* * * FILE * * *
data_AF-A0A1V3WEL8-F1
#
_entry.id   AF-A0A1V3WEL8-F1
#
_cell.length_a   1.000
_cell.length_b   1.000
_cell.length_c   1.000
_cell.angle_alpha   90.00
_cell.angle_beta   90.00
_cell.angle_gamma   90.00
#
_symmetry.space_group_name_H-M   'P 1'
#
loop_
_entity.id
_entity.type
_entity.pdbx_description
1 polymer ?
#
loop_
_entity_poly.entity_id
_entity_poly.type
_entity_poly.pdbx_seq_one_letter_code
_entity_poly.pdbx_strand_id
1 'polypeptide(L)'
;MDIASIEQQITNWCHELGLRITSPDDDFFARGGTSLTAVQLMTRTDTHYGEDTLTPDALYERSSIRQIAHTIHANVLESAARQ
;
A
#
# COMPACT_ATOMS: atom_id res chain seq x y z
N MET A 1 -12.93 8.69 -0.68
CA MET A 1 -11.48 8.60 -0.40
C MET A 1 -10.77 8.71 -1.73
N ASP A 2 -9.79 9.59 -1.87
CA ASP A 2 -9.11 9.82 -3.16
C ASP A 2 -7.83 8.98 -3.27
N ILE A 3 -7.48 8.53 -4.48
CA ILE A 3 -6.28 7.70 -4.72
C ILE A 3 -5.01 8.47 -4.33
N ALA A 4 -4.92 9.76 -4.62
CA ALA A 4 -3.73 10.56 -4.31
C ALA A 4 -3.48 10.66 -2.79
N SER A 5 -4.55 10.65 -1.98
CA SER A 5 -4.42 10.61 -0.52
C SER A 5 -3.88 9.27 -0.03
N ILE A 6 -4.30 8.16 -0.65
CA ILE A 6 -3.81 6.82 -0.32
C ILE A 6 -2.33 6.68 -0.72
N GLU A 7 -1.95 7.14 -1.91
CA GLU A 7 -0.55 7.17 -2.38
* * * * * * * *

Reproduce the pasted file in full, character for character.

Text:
data_AF-A0A1V3WEL8-F1
#
_entry.id   AF-A0A1V3WEL8-F1
#
_cell.length_a   1.000
_cell.length_b   1.000
_cell.length_c   1.000
_cell.angle_alpha   90.00
_cell.angle_beta   90.00
_cell.angle_gamma   90.00
#
_symmetry.space_group_name_H-M   'P 1'
#
loop_
_entity.id
_entity.type
_entity.pdbx_description
1 polymer ?
#
loop_
_entity_poly.entity_id
_entity_poly.type
_entity_poly.pdbx_seq_one_letter_code
_entity_poly.pdbx_strand_id
1 'polypeptide(L)'
;MDIASIEQQITNWCHELGLRITSPDDDFFARGGTSLTAVQLMTRTDTHYGEDTLTPDALYERSSIRQIAHTIHANVLESAARQ
;
A
#
# COMPACT_ATOMS: atom_id res chain seq x y z
N MET A 1 -12.93 8.69 -0.68
CA MET A 1 -11.48 8.60 -0.40
C MET A 1 -10.77 8.71 -1.73
N ASP A 2 -9.79 9.59 -1.87
CA ASP A 2 -9.11 9.82 -3.16
C ASP A 2 -7.83 8.98 -3.27
N ILE A 3 -7.48 8.53 -4.48
CA ILE A 3 -6.28 7.70 -4.72
C ILE A 3 -5.01 8.47 -4.33
N ALA A 4 -4.92 9.76 -4.62
CA ALA A 4 -3.73 10.56 -4.31
C ALA A 4 -3.48 10.66 -2.79
N SER A 5 -4.55 10.65 -1.98
CA SER A 5 -4.42 10.61 -0.52
C SER A 5 -3.88 9.27 -0.03
N ILE A 6 -4.30 8.16 -0.65
CA ILE A 6 -3.81 6.82 -0.32
C ILE A 6 -2.33 6.68 -0.72
N GLU A 7 -1.95 7.14 -1.91
CA GLU A 7 -0.55 7.17 -2.38